John McAfee ordered to pay $25 million over neighbour's murder
Controversial figure insists that he will not pay
John McAfee has been ordered to pay $25 million in damages over the killing of his ex-neighbour Gregory Faull in 2012.
The judgement was handed down by a US Federal District judge in Florida, based on a wrongful death lawsuit by Faull's daughter which claims that McAfee paid $5,000 to have Faull killed.
"John McAfee's depraved acts of plotting, financing, and directing Greg's murder reflect that he has absolutely no respect for life or law," Faull's family said in a statement. "Although Greg cannot be replaced, today we are comforted that John McAfee's evil acts have been officially condemned through the power of civil justice."
"The Faull family appreciates the hard work of their attorneys who pursued John McAfee for more than six years working diligently across the United States and in Belize. They further appreciate the cooperation of the Belize government and their police force. We continue to hope and urge the U.S. Department of Justice and the Belize government to pursue a criminal investigation against John McAfee for murder for hire and torture of our beloved Greg."
The suit marks the third amended complaint that McAfee has been served with; in all cases, he has failed to officially respond to the complaint or to make an appearance in court. In his absence, the court has ruled against McAfee, who has been instructed to pay Faull's estate $5 million in compensation for emotional distress, $20 million in damages and around $8,400 in funeral costs.
McAfee responded to the judgement via a statement on Twitter, announcing that he has no intention of paying the damages, on the basis that he has no funds with which to do so.
"I have no assets, so it is truly a mute [sic] point," the statement read.
McAfee also highlighted the high number of lawsuits that have been brought against him in the past, indicating that he considered many of them to be frivolous. One of these was the lawsuit brought against him after the death of his 22-year-old nephew Joel Gordon Bitow and another man, Robert Gilson, in an aircraft crash in 2006.
Bitow was a flight instructor at one of McAfee's previous business ventures, an 'aerotrekking' firm that involved flying small aircraft short distances between remote airstrips over low altitudes. Bitow was operating as a flight instructor despite only holding a sport pilot certificate, rather than a full pilot's license - an act that is illegal in the US.
Gilson's family also filed a wrongful death suit after the crash, which resulted in McAfee being ordered to pay $2.5 million in damages back in 2014. McAfee has never paid.
Ignoring lawsuits and refusing to pay the resulting judgements has become a pattern for McAfee, and one that he appears proud of, saying "I refuse to play the legal extortion game aimed at America's wealthy class".
The death of Faull is one of McAfee's more notorious episodes, and occurred while he was living in Ambergris Quay in Belize, in a compound surrounded by guards armed with automatic weapons and a number of dogs.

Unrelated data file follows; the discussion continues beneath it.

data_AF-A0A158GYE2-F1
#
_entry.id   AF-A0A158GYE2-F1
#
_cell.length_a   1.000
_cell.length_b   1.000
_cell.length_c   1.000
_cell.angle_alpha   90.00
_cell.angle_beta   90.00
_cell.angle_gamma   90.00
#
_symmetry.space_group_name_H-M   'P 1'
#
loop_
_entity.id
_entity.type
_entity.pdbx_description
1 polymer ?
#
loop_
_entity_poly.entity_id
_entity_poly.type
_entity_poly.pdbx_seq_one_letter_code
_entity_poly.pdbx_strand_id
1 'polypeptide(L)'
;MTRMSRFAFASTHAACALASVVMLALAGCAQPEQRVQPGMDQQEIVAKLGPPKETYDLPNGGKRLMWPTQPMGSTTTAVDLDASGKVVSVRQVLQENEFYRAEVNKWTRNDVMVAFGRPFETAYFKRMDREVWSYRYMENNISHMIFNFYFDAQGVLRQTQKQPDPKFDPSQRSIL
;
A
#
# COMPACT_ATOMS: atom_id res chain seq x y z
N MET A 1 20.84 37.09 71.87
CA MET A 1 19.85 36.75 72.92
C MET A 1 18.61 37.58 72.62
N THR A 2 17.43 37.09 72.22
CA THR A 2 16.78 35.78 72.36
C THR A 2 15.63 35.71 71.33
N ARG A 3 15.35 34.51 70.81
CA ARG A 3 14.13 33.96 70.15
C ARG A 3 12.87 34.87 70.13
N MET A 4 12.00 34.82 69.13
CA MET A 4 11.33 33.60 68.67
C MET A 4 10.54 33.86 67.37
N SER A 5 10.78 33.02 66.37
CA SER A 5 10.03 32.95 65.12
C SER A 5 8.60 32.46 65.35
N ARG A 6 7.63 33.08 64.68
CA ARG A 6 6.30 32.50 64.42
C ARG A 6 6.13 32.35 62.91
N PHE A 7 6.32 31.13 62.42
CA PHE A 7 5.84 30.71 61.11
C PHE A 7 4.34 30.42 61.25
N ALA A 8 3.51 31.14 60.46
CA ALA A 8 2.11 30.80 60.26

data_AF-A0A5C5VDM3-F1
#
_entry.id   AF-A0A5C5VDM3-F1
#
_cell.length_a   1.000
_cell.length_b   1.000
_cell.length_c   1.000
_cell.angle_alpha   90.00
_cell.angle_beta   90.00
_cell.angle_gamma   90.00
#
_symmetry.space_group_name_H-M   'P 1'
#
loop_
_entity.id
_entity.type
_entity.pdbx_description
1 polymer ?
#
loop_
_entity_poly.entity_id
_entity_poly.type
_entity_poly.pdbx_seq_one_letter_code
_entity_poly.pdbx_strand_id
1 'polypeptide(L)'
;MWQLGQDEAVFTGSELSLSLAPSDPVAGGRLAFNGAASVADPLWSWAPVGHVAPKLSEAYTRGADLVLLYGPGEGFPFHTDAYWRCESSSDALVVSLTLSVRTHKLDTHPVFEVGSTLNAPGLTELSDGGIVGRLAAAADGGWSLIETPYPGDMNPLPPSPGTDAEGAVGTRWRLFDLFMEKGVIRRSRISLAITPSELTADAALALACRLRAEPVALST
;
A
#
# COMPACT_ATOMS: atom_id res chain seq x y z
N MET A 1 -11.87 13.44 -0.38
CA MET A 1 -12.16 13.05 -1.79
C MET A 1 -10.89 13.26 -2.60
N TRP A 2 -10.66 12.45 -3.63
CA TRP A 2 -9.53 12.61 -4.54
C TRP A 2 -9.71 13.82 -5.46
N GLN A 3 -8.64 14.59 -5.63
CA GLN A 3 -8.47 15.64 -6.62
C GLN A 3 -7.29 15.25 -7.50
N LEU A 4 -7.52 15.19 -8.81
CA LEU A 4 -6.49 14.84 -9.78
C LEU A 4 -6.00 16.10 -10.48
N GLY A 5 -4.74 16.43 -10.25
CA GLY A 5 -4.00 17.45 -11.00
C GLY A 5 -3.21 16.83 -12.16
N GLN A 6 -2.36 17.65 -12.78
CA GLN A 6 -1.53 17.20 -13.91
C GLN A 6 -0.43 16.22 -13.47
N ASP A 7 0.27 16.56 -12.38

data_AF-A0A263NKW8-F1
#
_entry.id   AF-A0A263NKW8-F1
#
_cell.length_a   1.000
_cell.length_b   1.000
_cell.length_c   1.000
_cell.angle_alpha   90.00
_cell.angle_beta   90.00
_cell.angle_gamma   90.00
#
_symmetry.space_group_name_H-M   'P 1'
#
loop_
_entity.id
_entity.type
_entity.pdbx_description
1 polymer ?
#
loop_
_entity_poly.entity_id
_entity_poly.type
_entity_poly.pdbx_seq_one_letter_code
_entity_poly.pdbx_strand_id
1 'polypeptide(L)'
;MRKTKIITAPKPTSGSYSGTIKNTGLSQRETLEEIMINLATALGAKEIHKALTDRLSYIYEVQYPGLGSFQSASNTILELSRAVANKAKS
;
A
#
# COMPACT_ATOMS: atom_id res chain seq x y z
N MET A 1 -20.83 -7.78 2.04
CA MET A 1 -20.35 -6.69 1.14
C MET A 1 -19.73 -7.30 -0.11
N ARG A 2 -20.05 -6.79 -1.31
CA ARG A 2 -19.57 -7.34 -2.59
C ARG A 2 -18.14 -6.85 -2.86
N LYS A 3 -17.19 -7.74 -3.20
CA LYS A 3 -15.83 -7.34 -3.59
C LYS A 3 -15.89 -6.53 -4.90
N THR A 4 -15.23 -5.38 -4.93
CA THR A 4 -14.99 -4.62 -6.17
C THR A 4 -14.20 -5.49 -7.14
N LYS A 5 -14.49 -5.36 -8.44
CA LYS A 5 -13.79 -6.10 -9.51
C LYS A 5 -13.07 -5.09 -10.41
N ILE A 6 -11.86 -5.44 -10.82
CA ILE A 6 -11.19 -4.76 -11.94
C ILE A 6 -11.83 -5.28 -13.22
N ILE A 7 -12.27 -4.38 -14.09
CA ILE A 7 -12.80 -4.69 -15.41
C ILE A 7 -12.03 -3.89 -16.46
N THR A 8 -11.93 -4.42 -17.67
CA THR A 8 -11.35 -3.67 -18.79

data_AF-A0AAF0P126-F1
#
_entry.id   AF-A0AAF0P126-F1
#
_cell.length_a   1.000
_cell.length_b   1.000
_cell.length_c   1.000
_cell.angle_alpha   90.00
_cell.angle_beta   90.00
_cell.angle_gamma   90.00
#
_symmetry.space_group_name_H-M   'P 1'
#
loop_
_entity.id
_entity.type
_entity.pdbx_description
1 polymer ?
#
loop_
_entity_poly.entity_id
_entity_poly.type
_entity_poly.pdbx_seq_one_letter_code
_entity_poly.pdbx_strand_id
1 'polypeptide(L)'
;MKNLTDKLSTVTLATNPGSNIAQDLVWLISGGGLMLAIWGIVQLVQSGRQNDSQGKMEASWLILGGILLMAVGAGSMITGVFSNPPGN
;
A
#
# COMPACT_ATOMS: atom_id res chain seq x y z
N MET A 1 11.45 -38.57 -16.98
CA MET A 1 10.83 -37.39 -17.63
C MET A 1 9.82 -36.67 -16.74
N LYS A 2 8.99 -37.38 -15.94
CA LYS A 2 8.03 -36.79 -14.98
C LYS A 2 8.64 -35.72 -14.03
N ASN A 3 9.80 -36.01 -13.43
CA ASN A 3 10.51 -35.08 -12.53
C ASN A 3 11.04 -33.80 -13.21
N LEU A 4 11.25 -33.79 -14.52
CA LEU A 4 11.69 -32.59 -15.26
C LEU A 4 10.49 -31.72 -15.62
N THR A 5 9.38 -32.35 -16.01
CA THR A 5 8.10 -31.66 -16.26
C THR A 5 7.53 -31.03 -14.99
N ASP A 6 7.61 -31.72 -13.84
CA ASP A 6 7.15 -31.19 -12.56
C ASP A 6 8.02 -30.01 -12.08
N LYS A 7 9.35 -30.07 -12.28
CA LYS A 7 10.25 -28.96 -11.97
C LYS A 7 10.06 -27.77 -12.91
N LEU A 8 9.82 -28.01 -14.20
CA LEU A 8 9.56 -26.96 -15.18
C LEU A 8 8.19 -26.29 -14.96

Faull, who was one of McAfee's neighbours in Ambergris Quay, was attacked "at least once" by McAfee's dogs, according to the suit, and complained about them to both McAfee himself and the local Belizean authorities. Jeffrey Spiegel, one of Faull's friends and neighbours, testified that when no action was taken to bring the dogs under control, Faull "took matters into his own hands" and poisoned the animals.
The lawsuit claims that upon discovering this, McAfee became "irate", put the dogs down (with multiple gunshots) and began "parading up and down the beach, screaming". It alleges that following this incident, McAfee arranged for the payment of $5,000 to "violent" local man Eddie McKoy to "subdue, torture, and murder" Faull. Faull was discovered in his home with taser burns on his torso and genitals, and a single gunshot wound to the back of the head.
Spiegel testified that he, along with the rest of the residents of Ambergris Quay, "immediately concluded" that McAfee was behind the murder, but McAfee maintains his innocence, arguing that he was never suspected or charged with murder by the Belizean authorities, although his statement fails to mention that he went to extreme lengths to evade questioning, including fleeing to Guatemala and illegally crossing the border.
John McAfee founded security software company McAfee Associates in 1987, later known as simply McAfee, however, he retired from his work in 1994. He would eventually sell his remaining stake in the company and no longer has any association with the brand.
McAfee is currently running for president in the US 2020 elections. He is conducting his campaign 'in exile', on a boat that is stocked with large amounts of alcohol and automatic weapons. He claims that he is on the run from the US tax authority, who he says are pursuing him for financial crimes. He also regularly promotes various cryptocurrencies, claiming that they offer a way for people to seize control from the government. McAfee has previously been paid in excess of $100,000 per coin for his endorsements.
Managing security risk and compliance in a challenging landscape
How key technology partners grow with your organisationDownload now
Evaluate your order-to-cash process
15 recommended metrics to benchmark your O2C operationsDownload now
AI 360: Hold, fold, or double down?
How AI can benefit your businessDownload now
Getting started with Azure Red Hat OpenShift
A developer’s guide to improving application building and deployment capabilitiesDownload now